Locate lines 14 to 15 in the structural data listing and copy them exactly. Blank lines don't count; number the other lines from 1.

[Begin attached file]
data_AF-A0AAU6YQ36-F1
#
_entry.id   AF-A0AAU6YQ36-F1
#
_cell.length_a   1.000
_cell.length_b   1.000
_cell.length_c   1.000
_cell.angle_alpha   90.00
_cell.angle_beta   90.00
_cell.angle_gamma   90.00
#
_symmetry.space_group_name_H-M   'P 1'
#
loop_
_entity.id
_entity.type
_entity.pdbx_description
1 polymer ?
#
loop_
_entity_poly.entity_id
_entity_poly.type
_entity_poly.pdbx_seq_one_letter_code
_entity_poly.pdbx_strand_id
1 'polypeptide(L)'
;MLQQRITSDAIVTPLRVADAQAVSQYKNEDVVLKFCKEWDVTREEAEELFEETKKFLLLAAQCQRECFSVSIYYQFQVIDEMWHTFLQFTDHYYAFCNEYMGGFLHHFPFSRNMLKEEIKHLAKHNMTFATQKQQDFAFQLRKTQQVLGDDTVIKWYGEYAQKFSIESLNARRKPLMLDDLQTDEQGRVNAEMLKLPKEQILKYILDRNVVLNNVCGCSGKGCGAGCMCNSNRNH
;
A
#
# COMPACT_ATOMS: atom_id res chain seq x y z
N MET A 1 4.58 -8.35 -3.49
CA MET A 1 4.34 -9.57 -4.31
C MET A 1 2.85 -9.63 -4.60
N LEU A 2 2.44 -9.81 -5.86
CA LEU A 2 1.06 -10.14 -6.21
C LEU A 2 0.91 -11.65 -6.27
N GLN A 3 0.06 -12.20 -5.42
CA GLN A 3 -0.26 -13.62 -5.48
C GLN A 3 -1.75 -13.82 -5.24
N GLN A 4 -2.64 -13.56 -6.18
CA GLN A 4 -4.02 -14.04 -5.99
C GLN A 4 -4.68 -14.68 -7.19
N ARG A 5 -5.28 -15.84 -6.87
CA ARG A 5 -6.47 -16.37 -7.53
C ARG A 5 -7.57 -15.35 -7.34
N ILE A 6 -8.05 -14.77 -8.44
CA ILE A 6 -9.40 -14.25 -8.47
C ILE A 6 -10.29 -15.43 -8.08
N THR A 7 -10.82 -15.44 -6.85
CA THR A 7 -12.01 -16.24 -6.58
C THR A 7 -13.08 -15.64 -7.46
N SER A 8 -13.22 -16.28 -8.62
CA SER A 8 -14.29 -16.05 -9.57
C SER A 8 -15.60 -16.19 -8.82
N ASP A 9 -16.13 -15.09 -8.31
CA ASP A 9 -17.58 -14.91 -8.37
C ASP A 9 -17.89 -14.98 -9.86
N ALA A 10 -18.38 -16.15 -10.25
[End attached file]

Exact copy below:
loop_
_entity.id